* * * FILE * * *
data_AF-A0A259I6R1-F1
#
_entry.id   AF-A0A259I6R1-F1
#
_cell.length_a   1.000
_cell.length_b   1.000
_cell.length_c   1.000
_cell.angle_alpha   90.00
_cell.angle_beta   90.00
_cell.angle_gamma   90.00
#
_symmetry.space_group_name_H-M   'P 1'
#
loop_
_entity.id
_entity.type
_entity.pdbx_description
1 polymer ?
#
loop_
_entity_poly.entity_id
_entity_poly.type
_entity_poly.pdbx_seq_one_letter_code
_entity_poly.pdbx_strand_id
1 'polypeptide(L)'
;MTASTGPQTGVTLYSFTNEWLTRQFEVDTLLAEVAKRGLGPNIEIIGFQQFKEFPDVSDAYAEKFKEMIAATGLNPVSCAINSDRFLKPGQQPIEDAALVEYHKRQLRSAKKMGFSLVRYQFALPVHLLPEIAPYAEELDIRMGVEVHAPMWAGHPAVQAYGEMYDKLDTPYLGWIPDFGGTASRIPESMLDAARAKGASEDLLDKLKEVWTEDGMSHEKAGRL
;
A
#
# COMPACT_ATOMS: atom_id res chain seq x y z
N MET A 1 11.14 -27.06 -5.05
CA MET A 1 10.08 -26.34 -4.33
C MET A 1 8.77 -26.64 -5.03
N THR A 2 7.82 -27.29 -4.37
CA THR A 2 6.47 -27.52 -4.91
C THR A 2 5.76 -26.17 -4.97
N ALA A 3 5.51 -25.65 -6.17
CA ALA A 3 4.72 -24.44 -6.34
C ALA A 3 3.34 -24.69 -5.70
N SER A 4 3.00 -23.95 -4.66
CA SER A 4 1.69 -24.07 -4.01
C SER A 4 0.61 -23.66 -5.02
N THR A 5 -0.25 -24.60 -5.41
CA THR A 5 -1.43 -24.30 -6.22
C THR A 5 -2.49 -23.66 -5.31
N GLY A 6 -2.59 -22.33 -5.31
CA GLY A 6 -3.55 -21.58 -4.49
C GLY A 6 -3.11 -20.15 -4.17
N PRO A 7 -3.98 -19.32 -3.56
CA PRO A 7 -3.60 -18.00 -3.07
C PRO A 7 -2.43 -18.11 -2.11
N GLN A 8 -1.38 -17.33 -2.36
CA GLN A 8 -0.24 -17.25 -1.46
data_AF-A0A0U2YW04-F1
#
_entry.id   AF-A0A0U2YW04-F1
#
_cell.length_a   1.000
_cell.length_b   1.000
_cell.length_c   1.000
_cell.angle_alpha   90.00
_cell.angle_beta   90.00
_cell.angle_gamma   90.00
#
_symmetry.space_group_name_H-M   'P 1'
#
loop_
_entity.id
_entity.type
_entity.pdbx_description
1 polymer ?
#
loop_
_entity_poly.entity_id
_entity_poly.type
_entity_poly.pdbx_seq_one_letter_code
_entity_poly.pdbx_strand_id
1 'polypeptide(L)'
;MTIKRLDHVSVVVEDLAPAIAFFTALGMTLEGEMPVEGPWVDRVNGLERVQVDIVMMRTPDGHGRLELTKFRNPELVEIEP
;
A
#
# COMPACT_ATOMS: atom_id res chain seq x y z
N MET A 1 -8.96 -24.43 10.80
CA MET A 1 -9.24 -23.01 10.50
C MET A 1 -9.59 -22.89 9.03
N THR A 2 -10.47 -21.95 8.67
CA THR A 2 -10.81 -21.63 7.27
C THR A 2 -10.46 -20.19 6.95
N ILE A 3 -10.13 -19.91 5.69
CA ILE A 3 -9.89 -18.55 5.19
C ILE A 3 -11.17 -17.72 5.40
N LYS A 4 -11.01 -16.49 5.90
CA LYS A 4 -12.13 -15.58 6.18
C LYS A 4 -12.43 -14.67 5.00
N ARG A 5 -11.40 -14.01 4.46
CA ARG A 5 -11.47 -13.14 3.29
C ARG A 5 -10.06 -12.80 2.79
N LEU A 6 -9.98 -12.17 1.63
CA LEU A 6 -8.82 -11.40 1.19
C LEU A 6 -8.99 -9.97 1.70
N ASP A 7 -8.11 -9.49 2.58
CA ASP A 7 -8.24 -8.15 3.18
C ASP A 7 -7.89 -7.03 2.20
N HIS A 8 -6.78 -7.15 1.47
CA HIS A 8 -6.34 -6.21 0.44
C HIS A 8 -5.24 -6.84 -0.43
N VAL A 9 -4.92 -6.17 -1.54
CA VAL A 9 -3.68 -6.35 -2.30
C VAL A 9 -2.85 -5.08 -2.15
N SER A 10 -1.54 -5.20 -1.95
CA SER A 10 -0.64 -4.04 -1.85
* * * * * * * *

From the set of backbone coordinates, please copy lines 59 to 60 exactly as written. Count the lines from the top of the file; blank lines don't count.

_cell.length_b   1.000
_cell.length_c   1.000